Wolf administration task force offers slew of recommendations to close racial, economic disparities revealed by pandemic
Delma Rivera-Lytle greeting Pennsylvania Governor Tom Wolf outside of the York County YMCA. Governor Tom Wolf, Lieutenant Governor John Fetterman, Second Lady Gisele Fetterman and Secretary of Health Dr. Rachel Levine visited the York County YMCA to announce the findings of the Wolf Administration’s COVID-19 Response Task Force for Health Disparity. The task force, created in April to investigate issues with how the pandemic is affecting the state’s minority and vulnerable populations, has compiled recommendations for steps the commonwealth can take to reduce health disparities and work to dismantle systemic racism. August 13, 2020 – York Pennsylvania (Commonwealth Media Services Photo)
Since its inception in April, a Wolf administration task force has worked to determine how the COVID-19 pandemic has affected Pennsylvania’s minority population.
On Thursday, that panel, formally known as the Health Disparities Task Force, released its final report. Sprawling across 34-pages and six topic areas, it detailed more than 50 recommendations for Gov. Tom Wolf to review and act upon.
Those recommendations, ranked by urgency, include housing, criminal justice, food insecurity, health disparity, education and economic opportunities.
“With 57 specific policy recommendations, I believe that this report will be beneficial in policy development to help end the health disparities in our marginalized communities, which have been so vastly exacerbated by the COVID-19 pandemic,” Lt. Gov. John Fetterman, the task force’s chairman, said.
Below are the takeaways from each policy topic in the report:
- Housing: The report’s authors argue that sealing evictions for Pennsylvanians who applied for unemployment during COVID-19 will prevent tenants from being penalized and jeopardizing their future housing stability through no fault of their own.
“Under the current system, tenants have an eviction record from the moment a case is filed against them, regardless of the outcome of the proceedings. This record exists even if they never end up with an eviction, if a case is withdrawn, or if a tenant wins and is found to be not at fault. The filing stays on their public record and haunts them for years, making it nearly impossible to secure stable new housing,” the report stated.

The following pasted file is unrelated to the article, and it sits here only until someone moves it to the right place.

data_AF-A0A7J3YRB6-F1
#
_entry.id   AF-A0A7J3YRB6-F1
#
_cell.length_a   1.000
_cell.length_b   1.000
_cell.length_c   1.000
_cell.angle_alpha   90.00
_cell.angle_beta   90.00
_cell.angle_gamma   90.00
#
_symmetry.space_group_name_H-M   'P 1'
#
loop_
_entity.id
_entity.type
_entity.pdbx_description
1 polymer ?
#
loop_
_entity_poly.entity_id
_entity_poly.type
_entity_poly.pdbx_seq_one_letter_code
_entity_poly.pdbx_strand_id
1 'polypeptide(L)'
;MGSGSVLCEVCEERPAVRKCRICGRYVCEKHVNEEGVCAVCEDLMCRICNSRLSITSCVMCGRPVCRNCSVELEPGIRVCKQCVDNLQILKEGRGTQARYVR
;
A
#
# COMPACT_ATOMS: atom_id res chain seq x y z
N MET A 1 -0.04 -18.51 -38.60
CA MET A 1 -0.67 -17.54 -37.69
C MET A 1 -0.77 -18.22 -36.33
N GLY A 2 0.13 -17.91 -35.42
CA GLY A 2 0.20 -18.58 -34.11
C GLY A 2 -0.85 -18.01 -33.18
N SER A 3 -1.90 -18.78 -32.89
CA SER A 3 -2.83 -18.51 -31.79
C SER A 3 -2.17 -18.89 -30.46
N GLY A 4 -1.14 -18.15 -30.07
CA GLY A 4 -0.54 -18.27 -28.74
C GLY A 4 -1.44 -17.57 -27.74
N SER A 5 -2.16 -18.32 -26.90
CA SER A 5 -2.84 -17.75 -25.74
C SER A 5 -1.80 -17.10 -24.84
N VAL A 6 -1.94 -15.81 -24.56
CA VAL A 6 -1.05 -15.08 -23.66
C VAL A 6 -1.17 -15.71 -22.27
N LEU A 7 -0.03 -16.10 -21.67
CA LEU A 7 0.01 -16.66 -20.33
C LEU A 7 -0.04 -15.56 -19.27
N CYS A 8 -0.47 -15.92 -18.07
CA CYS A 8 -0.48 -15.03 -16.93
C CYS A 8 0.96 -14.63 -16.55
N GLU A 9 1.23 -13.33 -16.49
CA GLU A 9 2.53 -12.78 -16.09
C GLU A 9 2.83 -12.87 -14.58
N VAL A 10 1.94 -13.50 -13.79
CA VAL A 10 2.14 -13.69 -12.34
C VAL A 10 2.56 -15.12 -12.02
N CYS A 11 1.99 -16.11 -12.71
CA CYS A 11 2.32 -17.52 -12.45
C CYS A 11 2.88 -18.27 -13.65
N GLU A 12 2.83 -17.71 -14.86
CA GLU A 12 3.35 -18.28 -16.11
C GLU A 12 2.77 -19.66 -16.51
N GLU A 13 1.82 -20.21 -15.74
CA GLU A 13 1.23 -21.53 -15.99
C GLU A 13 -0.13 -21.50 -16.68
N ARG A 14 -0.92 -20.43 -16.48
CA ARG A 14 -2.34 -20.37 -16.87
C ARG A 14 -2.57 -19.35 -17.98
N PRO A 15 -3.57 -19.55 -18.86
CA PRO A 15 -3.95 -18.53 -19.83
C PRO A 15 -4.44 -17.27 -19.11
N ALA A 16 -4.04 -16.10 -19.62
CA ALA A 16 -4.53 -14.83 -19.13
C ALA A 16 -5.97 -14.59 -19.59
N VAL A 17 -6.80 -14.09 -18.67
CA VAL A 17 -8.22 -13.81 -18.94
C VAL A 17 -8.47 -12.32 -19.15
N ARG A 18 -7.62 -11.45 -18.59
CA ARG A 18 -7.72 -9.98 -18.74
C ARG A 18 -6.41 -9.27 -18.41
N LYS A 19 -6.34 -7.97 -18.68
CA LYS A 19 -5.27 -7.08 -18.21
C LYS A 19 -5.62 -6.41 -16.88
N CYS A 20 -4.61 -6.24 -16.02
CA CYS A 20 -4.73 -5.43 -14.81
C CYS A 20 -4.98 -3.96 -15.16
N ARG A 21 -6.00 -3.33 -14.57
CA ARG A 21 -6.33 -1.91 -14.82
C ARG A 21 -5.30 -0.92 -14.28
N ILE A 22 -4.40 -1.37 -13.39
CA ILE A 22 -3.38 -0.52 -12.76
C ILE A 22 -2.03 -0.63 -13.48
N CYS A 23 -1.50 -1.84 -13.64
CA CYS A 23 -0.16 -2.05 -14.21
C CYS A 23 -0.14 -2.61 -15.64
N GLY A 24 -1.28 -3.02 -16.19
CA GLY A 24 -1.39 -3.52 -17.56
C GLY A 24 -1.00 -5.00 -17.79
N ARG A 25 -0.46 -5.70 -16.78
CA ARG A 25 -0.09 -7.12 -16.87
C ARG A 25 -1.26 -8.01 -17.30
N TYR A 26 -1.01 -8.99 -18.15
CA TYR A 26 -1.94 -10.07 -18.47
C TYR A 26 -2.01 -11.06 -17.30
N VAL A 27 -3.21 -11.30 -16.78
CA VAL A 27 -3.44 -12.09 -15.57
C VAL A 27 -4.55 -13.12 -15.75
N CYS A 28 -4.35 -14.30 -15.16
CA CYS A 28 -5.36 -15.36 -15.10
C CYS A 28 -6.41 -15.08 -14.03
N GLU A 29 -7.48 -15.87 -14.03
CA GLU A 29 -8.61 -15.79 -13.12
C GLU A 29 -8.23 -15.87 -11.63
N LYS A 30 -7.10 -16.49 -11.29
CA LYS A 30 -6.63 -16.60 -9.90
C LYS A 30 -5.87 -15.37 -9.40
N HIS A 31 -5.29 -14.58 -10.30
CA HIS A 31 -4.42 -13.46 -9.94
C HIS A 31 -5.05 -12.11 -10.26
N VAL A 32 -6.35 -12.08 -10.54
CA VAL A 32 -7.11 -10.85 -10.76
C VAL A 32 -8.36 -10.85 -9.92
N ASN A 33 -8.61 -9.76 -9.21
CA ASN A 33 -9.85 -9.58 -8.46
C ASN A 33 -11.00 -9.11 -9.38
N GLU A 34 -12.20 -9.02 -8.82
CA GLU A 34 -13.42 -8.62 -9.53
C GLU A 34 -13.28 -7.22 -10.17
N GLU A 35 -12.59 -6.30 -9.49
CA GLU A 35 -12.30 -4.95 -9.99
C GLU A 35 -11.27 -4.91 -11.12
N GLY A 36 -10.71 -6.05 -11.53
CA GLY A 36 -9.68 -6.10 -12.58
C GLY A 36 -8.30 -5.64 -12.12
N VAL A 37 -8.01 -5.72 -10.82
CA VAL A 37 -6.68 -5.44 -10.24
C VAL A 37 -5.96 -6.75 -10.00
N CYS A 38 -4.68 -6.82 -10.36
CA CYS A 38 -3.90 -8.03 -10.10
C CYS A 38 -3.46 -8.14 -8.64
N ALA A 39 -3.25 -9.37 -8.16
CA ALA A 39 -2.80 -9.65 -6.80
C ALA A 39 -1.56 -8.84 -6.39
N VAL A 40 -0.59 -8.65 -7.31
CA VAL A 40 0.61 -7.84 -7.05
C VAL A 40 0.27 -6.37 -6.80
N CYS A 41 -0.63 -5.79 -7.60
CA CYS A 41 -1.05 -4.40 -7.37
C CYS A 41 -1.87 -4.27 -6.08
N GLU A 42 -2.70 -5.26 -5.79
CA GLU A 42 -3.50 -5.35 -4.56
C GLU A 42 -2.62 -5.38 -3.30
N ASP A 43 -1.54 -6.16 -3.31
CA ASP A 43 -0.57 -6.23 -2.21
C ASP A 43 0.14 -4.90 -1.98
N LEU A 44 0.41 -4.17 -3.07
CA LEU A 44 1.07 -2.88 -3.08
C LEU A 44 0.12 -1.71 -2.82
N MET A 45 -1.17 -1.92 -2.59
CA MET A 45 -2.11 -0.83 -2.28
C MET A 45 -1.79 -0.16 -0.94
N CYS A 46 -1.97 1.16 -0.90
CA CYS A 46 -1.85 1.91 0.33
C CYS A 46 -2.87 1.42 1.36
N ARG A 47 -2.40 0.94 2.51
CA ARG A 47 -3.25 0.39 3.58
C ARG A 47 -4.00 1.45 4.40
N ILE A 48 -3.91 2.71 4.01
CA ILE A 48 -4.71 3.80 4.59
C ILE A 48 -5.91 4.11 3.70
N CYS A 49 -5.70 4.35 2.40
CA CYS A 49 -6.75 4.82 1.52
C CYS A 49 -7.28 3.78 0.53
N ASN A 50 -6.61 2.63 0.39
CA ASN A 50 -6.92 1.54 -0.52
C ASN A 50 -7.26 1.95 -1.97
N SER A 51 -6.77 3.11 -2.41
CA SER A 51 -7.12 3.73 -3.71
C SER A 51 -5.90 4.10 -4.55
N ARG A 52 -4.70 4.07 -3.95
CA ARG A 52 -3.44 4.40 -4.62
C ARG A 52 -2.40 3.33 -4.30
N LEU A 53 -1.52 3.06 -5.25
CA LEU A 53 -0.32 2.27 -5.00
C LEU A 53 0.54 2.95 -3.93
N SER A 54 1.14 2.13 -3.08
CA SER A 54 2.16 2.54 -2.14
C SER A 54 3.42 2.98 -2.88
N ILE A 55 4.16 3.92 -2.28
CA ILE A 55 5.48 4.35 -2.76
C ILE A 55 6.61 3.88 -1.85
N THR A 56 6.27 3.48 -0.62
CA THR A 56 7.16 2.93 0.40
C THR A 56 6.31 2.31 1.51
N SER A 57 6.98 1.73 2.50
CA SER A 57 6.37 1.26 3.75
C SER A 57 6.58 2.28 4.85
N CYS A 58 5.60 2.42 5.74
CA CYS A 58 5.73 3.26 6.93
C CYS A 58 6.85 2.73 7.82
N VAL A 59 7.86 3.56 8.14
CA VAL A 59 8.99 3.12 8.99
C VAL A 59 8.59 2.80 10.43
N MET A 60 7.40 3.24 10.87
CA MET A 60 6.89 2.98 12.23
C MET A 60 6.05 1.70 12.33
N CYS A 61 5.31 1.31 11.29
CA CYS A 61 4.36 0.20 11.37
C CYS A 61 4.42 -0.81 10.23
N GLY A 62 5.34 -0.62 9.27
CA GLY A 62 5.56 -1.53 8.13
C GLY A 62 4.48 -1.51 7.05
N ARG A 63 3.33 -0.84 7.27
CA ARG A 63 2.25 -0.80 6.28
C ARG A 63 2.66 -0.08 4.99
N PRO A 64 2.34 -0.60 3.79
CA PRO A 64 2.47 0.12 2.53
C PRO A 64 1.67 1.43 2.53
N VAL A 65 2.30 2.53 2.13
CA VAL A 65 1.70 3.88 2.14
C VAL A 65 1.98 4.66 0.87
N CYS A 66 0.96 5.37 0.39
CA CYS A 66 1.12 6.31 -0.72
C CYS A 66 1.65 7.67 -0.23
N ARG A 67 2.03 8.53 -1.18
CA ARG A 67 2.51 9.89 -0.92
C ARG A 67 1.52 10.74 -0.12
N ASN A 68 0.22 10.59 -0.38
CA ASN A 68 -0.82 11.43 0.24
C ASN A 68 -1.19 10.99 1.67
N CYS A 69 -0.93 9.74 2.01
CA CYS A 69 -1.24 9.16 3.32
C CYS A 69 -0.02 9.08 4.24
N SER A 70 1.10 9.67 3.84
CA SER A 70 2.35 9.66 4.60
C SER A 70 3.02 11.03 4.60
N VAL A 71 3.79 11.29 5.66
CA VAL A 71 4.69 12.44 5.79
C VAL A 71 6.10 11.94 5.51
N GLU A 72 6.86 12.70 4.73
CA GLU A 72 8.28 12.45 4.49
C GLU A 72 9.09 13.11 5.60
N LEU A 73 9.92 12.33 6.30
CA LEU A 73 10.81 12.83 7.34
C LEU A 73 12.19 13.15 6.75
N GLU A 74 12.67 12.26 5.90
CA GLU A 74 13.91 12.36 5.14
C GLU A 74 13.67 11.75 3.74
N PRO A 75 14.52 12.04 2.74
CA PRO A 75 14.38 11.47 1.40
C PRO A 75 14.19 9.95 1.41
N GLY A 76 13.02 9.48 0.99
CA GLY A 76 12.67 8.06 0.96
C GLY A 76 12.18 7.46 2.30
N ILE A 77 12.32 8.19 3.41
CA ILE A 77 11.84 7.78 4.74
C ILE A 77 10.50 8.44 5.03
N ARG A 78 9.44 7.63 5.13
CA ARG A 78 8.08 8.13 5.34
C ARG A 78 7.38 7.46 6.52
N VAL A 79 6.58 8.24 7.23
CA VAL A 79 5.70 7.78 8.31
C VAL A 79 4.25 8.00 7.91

- Criminal Justice: Implementing a driver’s license amnesty program will correct an oversight that left many Black and Brown Pennsylvanians with decreased mobility. While the Legislature acted to end license suspensions for non-driving-related offenses, the move was not retroactive. The report’s authors say this limits the ability to travel to healthcare and forces more people onto mass transit that could spread the virus.
- Food Insecurity: Increasing the income threshold for food assistance will ensure that more people are eligible, the report reads.
- Health Disparity: The report’s authors say it is crucial to continue the Alternative Payment Arrangement that helped to finance the gap when individuals were unable to access services until service access fluctuations subside.
- Education: Standardizing remote learning and access to technology will help to ensure all students start with equal learning opportunities.
- Economic Opportunities: Helping Black- and Brown-owned businesses with direct, expedited assistance through special programs will reduce the number of these businesses that are forced to close permanently because of the virus.
In addition to sealing evictions, the task force recommends expanding rental assistance programs, better outreach for rental assistance programs, increased access to affordable housing, improvements to the state’s landlord/tenant laws and language accessibility for housing rights regulations.